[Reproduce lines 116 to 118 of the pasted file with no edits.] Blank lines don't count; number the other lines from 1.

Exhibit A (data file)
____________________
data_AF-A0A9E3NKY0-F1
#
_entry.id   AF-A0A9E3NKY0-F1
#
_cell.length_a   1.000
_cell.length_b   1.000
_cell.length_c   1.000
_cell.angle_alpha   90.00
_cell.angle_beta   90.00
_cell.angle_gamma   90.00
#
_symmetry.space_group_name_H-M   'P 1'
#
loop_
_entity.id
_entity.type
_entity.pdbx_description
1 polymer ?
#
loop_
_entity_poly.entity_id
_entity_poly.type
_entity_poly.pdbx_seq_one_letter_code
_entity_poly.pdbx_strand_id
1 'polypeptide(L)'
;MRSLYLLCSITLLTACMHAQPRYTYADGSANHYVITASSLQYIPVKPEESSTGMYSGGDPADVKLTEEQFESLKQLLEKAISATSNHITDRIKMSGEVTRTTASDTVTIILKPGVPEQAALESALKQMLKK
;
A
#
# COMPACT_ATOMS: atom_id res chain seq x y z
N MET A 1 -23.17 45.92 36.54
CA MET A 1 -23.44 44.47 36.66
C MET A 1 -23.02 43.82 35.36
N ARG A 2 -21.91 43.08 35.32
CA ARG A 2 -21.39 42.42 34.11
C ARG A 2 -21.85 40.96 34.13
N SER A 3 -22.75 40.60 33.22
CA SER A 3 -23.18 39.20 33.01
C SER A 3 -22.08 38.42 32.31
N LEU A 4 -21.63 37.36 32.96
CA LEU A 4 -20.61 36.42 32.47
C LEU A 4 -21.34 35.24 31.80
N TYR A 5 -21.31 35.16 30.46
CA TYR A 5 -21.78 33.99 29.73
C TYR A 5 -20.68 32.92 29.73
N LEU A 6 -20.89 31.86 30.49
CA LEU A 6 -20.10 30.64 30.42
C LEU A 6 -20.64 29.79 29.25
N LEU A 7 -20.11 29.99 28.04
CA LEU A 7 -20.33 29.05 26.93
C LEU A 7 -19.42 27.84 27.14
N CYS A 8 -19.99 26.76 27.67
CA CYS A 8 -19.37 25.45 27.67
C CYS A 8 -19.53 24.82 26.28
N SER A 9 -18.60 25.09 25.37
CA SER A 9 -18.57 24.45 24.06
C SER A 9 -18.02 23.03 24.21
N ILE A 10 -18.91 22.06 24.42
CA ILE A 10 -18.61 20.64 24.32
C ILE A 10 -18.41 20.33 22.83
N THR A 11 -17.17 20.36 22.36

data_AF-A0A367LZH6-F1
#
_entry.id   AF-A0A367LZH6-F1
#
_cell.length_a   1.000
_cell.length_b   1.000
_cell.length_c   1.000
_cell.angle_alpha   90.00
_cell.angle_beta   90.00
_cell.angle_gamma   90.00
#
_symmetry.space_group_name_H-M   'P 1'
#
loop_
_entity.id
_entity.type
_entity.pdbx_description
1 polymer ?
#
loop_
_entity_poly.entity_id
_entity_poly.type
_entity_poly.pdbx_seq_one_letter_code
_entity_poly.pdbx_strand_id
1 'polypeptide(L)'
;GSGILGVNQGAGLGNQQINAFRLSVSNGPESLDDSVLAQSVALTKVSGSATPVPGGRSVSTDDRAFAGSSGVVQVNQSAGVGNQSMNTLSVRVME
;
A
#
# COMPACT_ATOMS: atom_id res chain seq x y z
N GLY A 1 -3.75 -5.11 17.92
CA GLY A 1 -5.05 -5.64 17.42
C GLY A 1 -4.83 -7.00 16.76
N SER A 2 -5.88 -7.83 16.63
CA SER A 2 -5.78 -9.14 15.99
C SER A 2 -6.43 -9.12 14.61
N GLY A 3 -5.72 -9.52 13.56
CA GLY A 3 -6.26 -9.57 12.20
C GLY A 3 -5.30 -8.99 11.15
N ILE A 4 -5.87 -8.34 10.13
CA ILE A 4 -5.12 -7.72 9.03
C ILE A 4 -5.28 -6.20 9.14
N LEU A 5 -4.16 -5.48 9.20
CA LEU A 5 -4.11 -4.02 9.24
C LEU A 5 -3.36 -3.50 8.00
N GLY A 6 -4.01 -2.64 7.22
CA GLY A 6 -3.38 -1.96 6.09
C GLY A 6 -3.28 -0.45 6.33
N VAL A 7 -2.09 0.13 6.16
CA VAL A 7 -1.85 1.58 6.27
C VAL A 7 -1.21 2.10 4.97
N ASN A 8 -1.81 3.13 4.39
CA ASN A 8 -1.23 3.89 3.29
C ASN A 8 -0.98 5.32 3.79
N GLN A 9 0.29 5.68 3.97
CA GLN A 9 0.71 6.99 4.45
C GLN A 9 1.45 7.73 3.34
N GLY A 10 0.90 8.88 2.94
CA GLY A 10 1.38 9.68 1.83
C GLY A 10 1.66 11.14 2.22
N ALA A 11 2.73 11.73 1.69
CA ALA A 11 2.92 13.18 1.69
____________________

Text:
N GLN A 9 0.29 5.68 3.97
CA GLN A 9 0.71 6.99 4.45
C GLN A 9 1.45 7.73 3.34